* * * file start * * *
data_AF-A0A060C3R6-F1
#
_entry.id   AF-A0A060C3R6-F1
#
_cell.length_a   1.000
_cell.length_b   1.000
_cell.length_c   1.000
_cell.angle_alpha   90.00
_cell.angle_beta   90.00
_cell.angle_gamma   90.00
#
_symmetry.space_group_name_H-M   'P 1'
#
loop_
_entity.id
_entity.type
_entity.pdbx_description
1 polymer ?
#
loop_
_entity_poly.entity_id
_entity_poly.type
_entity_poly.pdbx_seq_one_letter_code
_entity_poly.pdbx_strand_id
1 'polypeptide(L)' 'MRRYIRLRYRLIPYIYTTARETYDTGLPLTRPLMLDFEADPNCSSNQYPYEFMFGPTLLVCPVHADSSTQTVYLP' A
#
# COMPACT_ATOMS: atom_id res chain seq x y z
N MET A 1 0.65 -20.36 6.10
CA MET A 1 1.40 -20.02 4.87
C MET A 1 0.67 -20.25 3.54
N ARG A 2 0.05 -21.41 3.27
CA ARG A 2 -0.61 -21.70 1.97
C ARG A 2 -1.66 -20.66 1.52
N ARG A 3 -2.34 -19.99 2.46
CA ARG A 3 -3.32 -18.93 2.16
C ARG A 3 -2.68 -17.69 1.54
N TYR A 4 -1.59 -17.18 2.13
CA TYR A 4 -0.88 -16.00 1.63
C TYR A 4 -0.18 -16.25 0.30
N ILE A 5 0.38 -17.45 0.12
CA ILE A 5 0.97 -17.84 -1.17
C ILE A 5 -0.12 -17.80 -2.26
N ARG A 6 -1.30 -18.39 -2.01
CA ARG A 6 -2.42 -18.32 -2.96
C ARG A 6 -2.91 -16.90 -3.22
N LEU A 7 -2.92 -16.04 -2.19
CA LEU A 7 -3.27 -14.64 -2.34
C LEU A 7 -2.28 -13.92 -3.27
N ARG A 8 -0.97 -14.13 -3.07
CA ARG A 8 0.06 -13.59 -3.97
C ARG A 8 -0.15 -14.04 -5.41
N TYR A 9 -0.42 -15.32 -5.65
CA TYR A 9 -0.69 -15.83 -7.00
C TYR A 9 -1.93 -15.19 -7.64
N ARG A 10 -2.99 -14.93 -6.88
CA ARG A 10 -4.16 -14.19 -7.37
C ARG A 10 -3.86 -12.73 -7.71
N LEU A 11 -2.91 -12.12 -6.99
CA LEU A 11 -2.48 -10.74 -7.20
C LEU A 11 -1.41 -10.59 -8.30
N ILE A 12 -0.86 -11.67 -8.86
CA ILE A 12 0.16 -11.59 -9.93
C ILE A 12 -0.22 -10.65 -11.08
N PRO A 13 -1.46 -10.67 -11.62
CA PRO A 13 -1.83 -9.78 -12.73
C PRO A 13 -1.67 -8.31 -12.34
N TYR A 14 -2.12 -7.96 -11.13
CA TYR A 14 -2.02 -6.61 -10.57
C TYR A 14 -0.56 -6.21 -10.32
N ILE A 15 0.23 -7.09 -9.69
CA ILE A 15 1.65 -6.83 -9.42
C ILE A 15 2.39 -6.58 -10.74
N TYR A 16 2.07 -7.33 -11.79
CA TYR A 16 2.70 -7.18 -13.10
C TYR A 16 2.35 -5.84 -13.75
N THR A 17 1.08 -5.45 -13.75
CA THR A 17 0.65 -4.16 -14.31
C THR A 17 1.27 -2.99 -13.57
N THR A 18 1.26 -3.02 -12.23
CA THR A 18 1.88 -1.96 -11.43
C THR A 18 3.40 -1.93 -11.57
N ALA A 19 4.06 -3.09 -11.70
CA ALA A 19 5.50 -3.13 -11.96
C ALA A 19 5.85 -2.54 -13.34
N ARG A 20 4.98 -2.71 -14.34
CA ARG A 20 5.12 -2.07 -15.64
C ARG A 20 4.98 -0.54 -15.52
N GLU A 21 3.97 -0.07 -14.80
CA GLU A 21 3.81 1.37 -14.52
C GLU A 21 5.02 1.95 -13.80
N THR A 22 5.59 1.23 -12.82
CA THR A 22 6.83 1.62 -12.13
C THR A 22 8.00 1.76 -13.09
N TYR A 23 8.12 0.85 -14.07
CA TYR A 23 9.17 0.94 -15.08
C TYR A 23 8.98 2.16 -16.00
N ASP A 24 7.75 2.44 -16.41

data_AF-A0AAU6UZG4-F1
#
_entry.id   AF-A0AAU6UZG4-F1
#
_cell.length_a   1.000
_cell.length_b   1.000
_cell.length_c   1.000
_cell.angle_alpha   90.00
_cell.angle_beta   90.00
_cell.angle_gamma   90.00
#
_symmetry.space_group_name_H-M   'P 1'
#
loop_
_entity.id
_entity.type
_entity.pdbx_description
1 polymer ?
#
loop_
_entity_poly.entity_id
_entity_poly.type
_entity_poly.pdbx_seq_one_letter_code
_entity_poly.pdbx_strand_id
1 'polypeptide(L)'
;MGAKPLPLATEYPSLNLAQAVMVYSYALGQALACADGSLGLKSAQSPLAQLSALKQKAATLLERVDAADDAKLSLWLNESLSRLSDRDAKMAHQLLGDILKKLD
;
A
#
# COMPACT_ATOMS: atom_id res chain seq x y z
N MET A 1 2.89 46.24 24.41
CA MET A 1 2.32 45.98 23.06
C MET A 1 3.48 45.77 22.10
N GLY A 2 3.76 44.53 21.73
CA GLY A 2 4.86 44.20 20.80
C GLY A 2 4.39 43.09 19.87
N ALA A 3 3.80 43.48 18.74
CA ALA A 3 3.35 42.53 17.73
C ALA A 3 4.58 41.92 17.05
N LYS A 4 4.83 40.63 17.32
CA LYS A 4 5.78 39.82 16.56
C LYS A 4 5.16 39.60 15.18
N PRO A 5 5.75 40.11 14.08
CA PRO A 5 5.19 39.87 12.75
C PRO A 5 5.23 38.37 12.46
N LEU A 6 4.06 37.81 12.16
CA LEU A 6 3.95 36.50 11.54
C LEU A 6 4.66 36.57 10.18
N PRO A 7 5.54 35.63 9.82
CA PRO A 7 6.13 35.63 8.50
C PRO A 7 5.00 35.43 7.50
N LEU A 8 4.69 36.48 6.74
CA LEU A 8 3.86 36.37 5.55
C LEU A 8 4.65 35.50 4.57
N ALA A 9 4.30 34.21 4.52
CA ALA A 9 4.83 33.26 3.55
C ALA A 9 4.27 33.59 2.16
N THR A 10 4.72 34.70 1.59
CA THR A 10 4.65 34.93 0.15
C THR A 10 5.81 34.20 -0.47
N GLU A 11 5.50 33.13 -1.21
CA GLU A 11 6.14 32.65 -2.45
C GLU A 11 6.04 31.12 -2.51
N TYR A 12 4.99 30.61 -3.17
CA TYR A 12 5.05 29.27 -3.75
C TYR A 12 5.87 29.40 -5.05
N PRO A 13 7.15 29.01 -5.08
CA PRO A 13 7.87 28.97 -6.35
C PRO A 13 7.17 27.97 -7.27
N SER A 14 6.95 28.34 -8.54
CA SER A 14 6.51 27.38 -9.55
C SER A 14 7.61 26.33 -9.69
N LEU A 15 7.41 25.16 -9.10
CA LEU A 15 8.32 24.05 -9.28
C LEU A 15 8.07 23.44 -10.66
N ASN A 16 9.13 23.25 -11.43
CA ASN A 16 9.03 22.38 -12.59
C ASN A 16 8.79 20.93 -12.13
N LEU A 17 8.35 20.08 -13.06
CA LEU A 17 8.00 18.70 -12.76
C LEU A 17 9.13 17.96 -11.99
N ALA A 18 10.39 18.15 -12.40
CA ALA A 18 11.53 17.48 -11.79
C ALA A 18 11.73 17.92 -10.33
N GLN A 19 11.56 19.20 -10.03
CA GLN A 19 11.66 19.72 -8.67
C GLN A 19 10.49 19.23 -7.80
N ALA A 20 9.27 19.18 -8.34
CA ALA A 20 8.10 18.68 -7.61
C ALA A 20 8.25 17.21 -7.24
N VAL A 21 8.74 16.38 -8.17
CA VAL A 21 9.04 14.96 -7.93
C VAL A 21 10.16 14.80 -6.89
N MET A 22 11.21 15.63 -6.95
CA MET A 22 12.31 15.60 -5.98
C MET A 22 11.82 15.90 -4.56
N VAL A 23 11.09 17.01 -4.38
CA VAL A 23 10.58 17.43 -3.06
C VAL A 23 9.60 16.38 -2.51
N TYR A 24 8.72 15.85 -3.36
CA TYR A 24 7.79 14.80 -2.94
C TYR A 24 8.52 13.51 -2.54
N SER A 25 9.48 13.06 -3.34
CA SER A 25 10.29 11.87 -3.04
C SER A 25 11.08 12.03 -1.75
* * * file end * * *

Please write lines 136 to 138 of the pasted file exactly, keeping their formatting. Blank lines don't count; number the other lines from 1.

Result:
C ALA A 3 4.58 41.92 17.05
N LYS A 4 4.83 40.63 17.32
CA LYS A 4 5.78 39.82 16.56